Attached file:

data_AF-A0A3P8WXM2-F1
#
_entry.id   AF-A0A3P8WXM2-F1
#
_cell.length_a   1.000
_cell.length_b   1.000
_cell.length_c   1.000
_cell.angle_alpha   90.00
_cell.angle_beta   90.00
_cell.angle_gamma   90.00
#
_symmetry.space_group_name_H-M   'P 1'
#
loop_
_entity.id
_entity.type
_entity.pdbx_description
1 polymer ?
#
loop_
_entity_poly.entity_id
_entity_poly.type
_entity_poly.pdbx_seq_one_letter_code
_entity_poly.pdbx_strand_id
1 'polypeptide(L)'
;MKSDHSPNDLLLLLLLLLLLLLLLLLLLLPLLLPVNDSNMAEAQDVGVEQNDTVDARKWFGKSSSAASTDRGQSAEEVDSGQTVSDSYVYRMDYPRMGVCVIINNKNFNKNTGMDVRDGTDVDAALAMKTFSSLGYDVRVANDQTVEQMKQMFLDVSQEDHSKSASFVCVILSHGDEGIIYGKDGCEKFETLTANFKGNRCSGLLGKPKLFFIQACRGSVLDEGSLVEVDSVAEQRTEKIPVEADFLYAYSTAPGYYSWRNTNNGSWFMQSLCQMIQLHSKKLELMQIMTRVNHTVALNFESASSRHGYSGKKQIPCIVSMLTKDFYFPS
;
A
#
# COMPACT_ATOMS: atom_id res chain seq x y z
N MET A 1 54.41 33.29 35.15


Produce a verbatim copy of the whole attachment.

data_AF-A0A3P8WXM2-F1
#
_entry.id   AF-A0A3P8WXM2-F1
#
_cell.length_a   1.000
_cell.length_b   1.000
_cell.length_c   1.000
_cell.angle_alpha   90.00
_cell.angle_beta   90.00
_cell.angle_gamma   90.00
#
_symmetry.space_group_name_H-M   'P 1'
#
loop_
_entity.id
_entity.type
_entity.pdbx_description
1 polymer ?
#
loop_
_entity_poly.entity_id
_entity_poly.type
_entity_poly.pdbx_seq_one_letter_code
_entity_poly.pdbx_strand_id
1 'polypeptide(L)'
;MKSDHSPNDLLLLLLLLLLLLLLLLLLLLPLLLPVNDSNMAEAQDVGVEQNDTVDARKWFGKSSSAASTDRGQSAEEVDSGQTVSDSYVYRMDYPRMGVCVIINNKNFNKNTGMDVRDGTDVDAALAMKTFSSLGYDVRVANDQTVEQMKQMFLDVSQEDHSKSASFVCVILSHGDEGIIYGKDGCEKFETLTANFKGNRCSGLLGKPKLFFIQACRGSVLDEGSLVEVDSVAEQRTEKIPVEADFLYAYSTAPGYYSWRNTNNGSWFMQSLCQMIQLHSKKLELMQIMTRVNHTVALNFESASSRHGYSGKKQIPCIVSMLTKDFYFPS
;
A
#
# COMPACT_ATOMS: atom_id res chain seq x y z
N MET A 1 54.41 33.29 35.15